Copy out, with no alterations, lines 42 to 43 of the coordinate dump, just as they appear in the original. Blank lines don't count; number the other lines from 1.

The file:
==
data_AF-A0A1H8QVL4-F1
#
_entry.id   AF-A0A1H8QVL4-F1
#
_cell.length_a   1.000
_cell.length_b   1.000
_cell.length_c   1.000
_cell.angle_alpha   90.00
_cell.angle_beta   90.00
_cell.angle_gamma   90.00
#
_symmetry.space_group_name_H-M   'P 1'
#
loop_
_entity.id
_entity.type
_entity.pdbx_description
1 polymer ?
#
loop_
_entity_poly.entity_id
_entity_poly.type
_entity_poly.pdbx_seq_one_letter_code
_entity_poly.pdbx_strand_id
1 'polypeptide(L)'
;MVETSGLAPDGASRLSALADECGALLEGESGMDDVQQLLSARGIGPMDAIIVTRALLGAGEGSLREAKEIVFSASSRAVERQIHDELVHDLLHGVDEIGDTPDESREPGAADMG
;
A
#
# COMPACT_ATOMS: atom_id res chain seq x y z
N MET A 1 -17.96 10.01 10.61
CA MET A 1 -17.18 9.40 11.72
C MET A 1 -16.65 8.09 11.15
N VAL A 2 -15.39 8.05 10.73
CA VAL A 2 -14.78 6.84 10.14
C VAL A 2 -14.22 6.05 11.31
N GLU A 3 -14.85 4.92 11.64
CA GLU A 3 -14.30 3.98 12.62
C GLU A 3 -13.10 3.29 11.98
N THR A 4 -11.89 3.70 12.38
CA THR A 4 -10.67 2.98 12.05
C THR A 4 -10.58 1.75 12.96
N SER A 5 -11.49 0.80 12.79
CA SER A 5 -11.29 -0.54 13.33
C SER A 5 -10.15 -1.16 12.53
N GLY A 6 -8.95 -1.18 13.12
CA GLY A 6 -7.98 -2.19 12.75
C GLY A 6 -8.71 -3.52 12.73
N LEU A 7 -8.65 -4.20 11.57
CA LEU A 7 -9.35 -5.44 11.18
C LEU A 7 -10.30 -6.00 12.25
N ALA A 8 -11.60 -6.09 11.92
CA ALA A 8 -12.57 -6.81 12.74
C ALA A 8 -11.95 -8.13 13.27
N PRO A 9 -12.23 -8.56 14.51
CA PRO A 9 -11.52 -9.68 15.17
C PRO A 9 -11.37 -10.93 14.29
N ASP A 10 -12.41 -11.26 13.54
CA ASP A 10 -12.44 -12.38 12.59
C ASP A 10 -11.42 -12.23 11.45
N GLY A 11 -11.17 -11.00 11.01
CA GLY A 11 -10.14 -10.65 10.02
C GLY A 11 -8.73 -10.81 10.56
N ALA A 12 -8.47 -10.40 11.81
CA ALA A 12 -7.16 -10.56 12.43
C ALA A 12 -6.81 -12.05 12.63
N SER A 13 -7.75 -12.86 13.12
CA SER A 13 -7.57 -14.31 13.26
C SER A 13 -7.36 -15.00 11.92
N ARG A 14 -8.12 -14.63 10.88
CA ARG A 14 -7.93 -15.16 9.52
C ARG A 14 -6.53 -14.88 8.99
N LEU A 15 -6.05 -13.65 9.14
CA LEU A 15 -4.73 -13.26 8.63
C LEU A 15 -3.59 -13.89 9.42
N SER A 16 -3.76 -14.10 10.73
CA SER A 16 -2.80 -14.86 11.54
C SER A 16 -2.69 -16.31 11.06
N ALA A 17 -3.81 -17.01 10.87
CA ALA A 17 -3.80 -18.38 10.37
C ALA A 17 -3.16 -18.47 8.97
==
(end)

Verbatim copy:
C THR A 4 -10.58 1.75 12.96
N SER A 5 -11.49 0.80 12.79